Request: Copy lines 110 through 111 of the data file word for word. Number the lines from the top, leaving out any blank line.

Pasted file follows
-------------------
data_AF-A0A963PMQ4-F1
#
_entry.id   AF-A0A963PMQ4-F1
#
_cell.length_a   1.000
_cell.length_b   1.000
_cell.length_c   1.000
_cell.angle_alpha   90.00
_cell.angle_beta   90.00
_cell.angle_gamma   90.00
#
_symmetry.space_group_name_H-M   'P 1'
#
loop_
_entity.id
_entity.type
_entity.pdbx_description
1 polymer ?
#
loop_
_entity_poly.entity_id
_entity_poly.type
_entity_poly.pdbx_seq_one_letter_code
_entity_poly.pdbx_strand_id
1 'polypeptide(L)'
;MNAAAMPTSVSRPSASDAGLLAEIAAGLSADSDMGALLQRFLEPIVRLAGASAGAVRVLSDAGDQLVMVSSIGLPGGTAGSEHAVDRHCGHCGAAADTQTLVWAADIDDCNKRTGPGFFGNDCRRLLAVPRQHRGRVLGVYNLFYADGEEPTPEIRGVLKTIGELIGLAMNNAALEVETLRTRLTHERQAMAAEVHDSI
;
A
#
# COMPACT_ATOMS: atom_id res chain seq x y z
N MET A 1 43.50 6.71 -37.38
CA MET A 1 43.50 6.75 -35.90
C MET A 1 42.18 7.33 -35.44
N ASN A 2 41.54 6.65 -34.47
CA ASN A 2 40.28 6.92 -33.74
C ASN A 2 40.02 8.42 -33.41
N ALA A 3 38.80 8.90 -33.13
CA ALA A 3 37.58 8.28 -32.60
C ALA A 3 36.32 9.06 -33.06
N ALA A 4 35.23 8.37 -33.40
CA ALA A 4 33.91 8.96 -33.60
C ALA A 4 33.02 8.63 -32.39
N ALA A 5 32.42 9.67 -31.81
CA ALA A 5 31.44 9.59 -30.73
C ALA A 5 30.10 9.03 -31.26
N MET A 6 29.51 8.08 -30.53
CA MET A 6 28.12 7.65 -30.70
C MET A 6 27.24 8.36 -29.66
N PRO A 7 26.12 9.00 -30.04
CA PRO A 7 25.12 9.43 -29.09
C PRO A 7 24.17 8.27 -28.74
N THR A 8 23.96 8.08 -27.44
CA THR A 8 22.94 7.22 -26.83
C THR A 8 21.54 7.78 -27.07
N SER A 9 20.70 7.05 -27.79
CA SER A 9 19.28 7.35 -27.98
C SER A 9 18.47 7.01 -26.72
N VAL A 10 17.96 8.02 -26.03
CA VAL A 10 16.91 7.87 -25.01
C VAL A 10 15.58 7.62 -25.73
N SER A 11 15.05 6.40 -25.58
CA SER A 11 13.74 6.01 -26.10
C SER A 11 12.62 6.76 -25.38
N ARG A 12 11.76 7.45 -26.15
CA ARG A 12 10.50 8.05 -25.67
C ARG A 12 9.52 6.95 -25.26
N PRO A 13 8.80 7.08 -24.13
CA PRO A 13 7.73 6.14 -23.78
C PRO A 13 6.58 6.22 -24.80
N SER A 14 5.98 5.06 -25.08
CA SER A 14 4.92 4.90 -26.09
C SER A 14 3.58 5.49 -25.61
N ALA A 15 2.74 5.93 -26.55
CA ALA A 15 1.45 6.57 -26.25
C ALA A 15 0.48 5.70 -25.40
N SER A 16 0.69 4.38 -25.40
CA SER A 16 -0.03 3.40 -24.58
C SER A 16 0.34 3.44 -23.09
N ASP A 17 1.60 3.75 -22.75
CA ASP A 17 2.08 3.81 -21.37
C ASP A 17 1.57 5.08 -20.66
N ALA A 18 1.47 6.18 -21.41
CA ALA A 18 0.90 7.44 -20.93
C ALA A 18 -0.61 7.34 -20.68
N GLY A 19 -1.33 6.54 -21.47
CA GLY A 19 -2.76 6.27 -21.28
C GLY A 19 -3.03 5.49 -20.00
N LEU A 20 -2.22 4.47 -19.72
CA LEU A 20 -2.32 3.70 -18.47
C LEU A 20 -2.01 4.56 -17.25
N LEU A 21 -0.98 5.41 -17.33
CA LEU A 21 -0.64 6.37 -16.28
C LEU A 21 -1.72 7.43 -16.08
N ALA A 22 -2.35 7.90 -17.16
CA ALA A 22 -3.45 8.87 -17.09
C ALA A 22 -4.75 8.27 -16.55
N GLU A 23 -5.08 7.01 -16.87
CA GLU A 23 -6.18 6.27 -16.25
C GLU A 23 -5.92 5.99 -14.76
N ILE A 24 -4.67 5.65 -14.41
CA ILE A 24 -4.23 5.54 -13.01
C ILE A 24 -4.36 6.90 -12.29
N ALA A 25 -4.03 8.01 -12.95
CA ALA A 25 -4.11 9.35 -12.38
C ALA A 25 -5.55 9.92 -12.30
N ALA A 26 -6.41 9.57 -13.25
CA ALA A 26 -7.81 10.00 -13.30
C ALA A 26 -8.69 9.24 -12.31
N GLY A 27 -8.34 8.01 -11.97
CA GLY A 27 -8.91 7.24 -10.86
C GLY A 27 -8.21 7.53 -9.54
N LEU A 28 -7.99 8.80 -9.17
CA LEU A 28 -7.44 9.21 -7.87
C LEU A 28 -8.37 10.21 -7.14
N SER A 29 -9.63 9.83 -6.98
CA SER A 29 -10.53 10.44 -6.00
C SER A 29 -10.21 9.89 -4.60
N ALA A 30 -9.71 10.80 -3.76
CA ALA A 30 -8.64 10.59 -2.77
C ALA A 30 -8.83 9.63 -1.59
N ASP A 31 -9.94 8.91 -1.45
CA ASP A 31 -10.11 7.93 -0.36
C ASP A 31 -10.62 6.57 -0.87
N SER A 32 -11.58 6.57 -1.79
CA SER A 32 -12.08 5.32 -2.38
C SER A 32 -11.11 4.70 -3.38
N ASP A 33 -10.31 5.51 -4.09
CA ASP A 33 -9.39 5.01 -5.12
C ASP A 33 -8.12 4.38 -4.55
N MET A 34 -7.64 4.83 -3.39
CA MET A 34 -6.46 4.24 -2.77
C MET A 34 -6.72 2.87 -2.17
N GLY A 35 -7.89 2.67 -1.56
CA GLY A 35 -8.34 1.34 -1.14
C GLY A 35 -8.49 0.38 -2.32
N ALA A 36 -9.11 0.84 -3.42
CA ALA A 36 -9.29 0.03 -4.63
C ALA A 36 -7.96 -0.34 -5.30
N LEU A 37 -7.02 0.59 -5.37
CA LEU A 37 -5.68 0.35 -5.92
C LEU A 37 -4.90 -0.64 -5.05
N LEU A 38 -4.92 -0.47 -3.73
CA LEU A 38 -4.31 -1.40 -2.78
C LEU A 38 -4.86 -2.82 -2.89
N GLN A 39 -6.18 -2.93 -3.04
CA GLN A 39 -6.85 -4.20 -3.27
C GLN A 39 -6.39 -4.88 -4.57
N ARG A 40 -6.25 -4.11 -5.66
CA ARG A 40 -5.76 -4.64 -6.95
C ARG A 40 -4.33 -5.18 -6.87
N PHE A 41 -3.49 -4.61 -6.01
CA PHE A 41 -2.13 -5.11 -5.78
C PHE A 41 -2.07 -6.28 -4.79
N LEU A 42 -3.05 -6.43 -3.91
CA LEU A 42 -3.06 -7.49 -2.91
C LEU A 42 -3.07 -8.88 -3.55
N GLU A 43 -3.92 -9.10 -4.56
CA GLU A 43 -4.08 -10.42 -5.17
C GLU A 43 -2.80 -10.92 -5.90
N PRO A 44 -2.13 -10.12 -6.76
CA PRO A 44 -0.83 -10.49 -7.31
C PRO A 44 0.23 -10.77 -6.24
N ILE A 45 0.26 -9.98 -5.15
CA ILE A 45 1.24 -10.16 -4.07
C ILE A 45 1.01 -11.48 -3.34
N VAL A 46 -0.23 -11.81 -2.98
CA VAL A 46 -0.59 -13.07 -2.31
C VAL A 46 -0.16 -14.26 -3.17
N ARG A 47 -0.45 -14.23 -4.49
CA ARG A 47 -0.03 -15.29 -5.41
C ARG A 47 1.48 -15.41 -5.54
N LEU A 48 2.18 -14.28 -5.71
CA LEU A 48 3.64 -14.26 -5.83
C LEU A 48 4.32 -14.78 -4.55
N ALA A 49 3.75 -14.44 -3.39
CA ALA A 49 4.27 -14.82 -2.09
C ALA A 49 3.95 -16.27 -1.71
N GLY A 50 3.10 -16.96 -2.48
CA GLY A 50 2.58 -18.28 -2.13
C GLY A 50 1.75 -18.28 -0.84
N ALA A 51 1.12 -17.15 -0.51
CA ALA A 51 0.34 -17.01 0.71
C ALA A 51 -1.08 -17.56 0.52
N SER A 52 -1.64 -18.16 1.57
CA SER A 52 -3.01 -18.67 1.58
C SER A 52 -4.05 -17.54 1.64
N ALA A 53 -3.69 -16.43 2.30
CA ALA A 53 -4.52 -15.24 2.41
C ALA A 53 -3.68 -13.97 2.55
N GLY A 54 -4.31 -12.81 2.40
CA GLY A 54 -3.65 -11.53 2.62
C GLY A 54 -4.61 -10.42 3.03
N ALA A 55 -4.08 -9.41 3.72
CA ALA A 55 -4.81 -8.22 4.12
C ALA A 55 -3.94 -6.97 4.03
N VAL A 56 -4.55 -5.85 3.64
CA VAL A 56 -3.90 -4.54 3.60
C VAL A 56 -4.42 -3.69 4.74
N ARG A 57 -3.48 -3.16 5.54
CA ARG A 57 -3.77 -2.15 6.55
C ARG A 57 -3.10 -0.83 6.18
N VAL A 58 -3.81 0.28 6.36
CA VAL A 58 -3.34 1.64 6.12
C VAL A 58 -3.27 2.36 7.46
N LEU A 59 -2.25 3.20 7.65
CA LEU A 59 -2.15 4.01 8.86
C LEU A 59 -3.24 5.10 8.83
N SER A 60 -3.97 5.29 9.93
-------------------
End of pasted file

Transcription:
CA GLY A 27 -8.91 7.24 -10.86
C GLY A 27 -8.21 7.53 -9.54